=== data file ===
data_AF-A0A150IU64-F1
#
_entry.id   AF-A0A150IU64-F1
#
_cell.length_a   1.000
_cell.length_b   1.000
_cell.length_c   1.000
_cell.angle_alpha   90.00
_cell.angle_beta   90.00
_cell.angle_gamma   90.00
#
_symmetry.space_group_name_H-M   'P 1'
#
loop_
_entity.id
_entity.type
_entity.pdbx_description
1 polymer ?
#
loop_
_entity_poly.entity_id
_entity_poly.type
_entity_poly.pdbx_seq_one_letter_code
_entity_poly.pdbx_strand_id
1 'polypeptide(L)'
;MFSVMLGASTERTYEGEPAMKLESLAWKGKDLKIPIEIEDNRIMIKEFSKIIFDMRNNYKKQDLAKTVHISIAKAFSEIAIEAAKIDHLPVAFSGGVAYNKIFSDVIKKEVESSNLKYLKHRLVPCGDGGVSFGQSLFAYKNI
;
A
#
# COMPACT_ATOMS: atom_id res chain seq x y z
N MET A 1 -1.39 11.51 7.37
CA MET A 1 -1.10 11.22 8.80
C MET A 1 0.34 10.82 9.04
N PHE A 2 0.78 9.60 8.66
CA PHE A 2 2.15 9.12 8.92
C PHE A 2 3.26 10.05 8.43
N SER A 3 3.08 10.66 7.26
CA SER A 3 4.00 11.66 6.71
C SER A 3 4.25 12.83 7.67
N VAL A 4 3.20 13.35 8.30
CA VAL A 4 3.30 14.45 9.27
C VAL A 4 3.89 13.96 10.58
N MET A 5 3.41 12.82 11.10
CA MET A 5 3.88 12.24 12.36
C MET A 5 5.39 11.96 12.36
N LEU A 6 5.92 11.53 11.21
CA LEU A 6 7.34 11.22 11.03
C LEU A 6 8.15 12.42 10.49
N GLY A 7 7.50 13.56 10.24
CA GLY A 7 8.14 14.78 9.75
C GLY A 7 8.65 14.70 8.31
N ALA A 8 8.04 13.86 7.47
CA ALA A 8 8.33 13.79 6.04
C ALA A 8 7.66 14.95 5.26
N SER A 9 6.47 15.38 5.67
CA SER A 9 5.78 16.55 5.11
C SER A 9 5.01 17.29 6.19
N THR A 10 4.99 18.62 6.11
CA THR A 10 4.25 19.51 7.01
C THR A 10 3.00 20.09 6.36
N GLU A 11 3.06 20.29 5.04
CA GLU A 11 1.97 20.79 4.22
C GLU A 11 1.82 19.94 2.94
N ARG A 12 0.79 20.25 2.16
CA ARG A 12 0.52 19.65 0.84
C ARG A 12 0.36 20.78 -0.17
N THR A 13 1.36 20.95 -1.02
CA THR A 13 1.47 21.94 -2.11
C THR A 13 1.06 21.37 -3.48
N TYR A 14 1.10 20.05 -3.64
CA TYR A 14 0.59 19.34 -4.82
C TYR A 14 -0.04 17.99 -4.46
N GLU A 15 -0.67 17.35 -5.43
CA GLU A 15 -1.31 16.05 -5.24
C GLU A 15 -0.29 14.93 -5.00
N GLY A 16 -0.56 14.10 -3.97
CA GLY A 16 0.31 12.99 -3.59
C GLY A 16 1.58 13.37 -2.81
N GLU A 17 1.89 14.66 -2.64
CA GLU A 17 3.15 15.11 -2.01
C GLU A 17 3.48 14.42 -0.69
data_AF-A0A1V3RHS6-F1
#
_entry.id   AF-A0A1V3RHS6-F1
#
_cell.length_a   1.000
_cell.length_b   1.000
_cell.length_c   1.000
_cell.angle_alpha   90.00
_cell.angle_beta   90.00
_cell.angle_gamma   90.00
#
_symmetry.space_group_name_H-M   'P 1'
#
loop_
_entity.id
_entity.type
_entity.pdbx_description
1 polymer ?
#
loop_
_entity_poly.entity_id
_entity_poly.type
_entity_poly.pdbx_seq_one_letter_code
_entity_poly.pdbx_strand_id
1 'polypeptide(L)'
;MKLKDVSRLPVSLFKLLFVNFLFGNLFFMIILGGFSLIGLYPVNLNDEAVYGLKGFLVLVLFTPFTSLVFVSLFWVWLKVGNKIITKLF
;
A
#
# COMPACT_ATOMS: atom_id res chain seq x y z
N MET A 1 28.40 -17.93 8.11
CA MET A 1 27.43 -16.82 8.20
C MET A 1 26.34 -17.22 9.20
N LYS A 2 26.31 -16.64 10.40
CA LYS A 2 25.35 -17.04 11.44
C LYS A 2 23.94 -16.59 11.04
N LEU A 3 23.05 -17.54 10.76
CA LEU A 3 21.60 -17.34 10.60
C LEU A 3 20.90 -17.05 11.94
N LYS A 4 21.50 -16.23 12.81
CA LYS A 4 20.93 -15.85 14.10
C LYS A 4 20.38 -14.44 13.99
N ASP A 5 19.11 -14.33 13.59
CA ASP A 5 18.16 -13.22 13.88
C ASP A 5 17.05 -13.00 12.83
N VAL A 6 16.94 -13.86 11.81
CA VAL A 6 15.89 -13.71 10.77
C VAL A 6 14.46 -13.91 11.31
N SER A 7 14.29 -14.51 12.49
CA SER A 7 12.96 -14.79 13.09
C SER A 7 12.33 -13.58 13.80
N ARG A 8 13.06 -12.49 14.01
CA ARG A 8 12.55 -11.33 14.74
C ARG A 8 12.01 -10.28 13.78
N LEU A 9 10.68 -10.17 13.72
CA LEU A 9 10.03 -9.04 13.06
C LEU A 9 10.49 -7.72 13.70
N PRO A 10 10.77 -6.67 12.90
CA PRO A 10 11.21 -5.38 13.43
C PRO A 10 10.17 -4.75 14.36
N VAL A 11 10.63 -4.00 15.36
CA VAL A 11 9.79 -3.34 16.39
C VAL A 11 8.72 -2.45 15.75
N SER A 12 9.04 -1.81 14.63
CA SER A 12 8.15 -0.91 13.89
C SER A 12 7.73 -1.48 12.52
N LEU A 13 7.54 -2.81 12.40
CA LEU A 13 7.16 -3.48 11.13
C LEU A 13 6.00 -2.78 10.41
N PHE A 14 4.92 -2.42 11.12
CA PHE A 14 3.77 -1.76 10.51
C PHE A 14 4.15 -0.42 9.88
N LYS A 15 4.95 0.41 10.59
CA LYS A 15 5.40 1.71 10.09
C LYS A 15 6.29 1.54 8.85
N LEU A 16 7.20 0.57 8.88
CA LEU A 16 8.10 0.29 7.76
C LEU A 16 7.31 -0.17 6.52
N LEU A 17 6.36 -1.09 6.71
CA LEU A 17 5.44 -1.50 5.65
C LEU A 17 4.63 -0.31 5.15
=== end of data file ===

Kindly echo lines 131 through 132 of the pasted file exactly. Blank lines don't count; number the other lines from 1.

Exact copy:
CA SER A 7 12.96 -14.79 13.09
C SER A 7 12.33 -13.58 13.80